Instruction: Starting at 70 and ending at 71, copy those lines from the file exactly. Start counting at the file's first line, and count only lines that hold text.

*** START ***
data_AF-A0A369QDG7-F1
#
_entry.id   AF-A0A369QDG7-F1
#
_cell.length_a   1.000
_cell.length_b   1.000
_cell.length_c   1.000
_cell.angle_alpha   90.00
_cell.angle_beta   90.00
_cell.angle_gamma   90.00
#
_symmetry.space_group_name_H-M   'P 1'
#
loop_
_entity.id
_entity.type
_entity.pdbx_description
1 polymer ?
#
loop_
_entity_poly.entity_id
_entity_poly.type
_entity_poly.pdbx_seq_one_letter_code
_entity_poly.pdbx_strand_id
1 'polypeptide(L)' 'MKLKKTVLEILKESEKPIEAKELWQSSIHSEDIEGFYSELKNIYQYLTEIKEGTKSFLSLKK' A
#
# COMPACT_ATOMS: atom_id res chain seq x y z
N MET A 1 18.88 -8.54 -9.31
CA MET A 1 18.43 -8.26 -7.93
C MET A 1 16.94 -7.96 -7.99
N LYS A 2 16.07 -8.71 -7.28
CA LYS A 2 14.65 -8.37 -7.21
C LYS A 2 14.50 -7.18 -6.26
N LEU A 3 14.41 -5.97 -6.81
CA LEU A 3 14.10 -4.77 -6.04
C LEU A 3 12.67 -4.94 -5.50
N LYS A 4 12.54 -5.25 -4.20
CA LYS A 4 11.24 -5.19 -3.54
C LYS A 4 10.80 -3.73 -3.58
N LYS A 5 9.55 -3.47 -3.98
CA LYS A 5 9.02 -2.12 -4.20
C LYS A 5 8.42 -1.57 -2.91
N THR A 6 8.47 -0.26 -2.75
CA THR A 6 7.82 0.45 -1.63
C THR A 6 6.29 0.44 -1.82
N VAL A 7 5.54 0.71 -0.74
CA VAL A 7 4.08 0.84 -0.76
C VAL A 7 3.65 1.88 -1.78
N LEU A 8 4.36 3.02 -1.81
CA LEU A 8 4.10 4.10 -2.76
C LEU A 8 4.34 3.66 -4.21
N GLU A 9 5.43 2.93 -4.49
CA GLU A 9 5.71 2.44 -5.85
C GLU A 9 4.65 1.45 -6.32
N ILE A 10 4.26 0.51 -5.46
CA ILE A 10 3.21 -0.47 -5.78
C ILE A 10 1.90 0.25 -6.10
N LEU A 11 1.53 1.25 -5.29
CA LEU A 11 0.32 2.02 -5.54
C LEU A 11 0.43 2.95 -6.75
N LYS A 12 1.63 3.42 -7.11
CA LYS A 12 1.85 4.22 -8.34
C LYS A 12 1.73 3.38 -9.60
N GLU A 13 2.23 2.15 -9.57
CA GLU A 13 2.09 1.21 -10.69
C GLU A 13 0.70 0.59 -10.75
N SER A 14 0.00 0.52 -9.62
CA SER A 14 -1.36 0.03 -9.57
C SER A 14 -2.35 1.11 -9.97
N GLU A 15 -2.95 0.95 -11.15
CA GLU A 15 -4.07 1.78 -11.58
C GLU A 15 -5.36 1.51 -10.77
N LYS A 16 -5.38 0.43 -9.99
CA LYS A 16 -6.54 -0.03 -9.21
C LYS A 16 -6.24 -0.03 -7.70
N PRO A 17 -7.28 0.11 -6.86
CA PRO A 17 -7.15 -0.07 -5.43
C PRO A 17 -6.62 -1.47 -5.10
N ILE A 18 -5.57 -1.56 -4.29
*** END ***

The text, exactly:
N GLU A 15 -2.95 0.95 -11.15
CA GLU A 15 -4.07 1.78 -11.58